Dragon Species

Descriptions of various specific kinds of dragons.

There are various kinds of dragons in lore around the world. Here is a list of specific kinds of dragons from various traditions:


See article: Chimera


The Xiuhcóatl is an Aztec fire serpent. It was related to the cult of Xiuhtecuhtli as their fire god and lord of the year. The serpent played an important role in Aztec religion. The Xiuhcóatl is portrayed with the head of a serpent, short legs ending in claws and a curved snout.

Yinglong (應龍)

Known as the Proper Conduct Dragon, the yinglong is the only Chinese dragon portrayed with wings. The yinglong also lacks scales. It is mentioned frequently in myths about the Three Soverigns and Five Emperors. As with other Chinese dragons, yinglong is a guardian of the waters of the earth and is associated with the clouds of heaven. According to the Yuen Kien Lei Han, dragons gain wings after 1,000 years.

The term yinglong means “dragon shape” or “dragon form”.


A žaltys was a guardian serpent in Baltic tradition. The plural form of žaltys is žalčiai. In 1604, Jesuit missionaries reported:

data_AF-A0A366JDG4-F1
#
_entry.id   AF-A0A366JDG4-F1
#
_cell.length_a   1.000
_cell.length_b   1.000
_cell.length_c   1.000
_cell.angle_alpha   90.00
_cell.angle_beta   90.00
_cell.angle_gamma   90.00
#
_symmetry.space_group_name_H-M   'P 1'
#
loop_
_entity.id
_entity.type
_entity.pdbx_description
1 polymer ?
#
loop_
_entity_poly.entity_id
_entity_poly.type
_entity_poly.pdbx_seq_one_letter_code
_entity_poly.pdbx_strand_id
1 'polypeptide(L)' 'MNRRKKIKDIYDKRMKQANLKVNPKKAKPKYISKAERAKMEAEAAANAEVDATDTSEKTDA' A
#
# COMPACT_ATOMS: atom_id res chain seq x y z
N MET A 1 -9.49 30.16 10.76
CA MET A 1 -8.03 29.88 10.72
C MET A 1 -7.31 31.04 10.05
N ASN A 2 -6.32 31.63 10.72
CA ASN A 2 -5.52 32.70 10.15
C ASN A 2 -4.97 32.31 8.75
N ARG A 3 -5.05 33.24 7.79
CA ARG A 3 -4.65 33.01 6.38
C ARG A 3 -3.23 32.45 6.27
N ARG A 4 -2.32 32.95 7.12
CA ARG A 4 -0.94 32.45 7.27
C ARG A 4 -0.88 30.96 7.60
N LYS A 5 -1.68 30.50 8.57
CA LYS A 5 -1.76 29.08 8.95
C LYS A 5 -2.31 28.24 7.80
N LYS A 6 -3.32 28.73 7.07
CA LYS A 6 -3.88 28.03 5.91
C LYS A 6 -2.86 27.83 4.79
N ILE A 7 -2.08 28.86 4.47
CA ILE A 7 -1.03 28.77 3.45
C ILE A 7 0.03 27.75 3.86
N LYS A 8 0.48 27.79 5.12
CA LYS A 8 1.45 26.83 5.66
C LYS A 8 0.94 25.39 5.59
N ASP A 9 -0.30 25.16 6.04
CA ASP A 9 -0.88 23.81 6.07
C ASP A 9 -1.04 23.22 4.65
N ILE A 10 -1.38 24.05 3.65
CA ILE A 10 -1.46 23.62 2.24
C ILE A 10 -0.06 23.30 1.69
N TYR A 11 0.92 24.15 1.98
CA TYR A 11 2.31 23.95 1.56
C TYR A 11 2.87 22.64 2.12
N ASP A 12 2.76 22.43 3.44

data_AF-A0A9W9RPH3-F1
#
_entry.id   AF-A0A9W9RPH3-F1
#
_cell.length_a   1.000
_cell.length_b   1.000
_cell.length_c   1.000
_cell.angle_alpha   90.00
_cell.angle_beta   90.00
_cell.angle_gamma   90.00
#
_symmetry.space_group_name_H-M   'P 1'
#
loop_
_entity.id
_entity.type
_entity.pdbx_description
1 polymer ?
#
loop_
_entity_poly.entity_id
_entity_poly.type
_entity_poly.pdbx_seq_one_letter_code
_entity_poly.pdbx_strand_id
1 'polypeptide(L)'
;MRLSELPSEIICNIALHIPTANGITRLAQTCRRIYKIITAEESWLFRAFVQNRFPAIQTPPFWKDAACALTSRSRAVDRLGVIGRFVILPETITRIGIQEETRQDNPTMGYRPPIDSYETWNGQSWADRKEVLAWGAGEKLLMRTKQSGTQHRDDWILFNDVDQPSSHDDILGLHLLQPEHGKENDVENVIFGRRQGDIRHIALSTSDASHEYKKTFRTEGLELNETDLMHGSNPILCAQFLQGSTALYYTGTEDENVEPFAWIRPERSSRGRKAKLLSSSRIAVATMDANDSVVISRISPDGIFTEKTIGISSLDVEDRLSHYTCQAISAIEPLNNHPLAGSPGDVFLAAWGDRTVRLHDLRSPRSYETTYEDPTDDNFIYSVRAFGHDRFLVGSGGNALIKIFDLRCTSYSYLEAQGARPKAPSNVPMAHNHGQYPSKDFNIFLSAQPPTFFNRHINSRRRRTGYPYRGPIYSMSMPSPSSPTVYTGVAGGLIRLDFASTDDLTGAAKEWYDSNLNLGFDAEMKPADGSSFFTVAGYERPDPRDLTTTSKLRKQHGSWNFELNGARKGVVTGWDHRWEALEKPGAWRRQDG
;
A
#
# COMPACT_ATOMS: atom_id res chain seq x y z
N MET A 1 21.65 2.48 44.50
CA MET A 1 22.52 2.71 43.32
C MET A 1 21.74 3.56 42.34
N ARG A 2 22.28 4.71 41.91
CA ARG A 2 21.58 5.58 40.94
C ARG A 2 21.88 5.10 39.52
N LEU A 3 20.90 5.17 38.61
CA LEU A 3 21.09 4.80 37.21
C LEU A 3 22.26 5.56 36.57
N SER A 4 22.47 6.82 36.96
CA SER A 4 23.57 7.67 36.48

The people have reached such a stage of madness that they believe that deity exists in reptiles. Therefore they carefully safeguard them, lest someone injure the reptiles kept inside their homes. Superstitiously they believe that harm would come to them, should anyone show disrespect to these reptiles...

The žalčiai are harmless grass snakes, indigenous to the Baltic region. Their scientific name is Natrix tripodontus. The woodland variety is dark gray, while the domestic kind is usually green. Some have two distinctive crescent shapes on their heads.

In the folk tale Eglė the Queen of Serpents, the Serpent King is a žaltys.

Žalčiai are associated with sexual life, and encountering such a snake prophesied marriage or birth. It was sometimes given a privileged place under the bed of a married couple. Fertility was essential to prosperity, so a žaltys was seen to bring happiness and prosperity.

The Sun Goddess, Saule, loved žalčiai. It was written: "Do not leave a dead žaltys on a field, bury it. The sight of a dead žaltys would cause the Sun to cry."